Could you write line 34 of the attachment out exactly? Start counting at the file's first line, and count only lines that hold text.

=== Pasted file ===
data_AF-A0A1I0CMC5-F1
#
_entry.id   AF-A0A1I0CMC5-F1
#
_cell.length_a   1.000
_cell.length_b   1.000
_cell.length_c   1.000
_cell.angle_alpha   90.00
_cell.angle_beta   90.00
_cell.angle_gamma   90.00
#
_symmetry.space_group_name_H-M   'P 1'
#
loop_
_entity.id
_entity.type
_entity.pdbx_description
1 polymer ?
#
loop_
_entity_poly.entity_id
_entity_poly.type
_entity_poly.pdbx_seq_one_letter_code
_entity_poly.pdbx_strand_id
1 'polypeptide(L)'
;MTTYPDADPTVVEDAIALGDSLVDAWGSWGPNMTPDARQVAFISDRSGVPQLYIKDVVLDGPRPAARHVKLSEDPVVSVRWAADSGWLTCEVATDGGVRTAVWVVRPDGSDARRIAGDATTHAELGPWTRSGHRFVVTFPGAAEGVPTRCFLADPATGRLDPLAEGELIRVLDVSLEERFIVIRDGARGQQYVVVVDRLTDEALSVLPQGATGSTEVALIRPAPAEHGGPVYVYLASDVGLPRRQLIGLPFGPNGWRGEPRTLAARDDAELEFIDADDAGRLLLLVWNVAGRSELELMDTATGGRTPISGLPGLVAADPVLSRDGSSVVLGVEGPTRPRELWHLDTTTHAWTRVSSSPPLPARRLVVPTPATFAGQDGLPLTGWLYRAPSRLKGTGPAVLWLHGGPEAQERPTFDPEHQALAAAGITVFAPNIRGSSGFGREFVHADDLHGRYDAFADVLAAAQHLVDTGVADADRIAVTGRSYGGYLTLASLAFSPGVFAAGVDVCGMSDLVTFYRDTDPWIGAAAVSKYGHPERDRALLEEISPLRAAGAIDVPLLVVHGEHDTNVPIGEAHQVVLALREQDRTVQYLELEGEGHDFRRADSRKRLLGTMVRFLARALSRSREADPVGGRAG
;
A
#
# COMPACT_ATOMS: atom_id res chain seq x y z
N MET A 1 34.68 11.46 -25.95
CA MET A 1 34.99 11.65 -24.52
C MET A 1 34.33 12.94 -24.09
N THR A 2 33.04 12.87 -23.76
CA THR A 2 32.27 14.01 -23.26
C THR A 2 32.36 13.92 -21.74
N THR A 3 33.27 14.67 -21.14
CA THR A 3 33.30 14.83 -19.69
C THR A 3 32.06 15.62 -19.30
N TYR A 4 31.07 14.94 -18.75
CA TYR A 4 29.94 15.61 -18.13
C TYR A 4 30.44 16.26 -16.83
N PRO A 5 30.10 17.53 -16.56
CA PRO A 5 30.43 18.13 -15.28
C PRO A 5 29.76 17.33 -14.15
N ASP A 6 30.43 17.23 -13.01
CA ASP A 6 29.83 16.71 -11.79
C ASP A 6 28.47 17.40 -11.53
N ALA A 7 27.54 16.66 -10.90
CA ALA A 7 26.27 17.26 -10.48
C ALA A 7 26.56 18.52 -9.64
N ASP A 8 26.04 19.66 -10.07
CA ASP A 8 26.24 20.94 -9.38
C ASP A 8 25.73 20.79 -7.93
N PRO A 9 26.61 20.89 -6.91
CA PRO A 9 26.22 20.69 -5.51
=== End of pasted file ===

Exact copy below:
N THR A 2 33.04 12.87 -23.76